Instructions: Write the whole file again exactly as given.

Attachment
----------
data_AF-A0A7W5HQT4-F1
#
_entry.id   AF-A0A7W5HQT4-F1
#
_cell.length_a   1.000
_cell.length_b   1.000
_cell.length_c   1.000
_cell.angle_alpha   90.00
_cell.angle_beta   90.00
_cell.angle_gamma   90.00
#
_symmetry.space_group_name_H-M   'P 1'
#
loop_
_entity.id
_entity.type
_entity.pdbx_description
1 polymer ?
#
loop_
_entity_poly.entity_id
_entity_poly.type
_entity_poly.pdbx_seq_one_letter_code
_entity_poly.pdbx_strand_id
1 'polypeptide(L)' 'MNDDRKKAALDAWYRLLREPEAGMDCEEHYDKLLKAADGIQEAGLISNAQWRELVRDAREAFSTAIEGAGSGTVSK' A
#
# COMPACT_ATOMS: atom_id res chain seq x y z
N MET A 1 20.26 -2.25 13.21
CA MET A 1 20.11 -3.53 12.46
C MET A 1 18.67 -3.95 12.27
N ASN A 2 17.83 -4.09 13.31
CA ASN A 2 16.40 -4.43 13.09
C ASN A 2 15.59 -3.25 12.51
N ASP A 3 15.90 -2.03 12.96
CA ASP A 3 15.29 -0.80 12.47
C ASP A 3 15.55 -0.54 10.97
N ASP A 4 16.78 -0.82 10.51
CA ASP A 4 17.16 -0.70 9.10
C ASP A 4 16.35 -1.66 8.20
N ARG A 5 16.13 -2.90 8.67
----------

data_AF-A0A7W5HQT4-F1
#
_entry.id   AF-A0A7W5HQT4-F1
#
_cell.length_a   1.000
_cell.length_b   1.000
_cell.length_c   1.000
_cell.angle_alpha   90.00
_cell.angle_beta   90.00
_cell.angle_gamma   90.00
#
_symmetry.space_group_name_H-M   'P 1'
#
loop_
_entity.id
_entity.type
_entity.pdbx_description
1 polymer ?
#
loop_
_entity_poly.entity_id
_entity_poly.type
_entity_poly.pdbx_seq_one_letter_code
_entity_poly.pdbx_strand_id
1 'polypeptide(L)' 'MNDDRKKAALDAWYRLLREPEAGMDCEEHYDKLLKAADGIQEAGLISNAQWRELVRDAREAFSTAIEGAGSGTVSK' A
#
# COMPACT_ATOMS: atom_id res chain seq x y z
N MET A 1 20.26 -2.25 13.21
CA MET A 1 20.11 -3.53 12.46
C MET A 1 18.67 -3.95 12.27
N ASN A 2 17.83 -4.09 13.31
CA ASN A 2 16.40 -4.43 13.09
C ASN A 2 15.59 -3.25 12.51
N ASP A 3 15.90 -2.03 12.96
CA ASP A 3 15.29 -0.80 12.47
C ASP A 3 15.55 -0.54 10.97
N ASP A 4 16.78 -0.82 10.51
CA ASP A 4 17.16 -0.70 9.10
C ASP A 4 16.35 -1.66 8.20
N ARG A 5 16.13 -2.90 8.67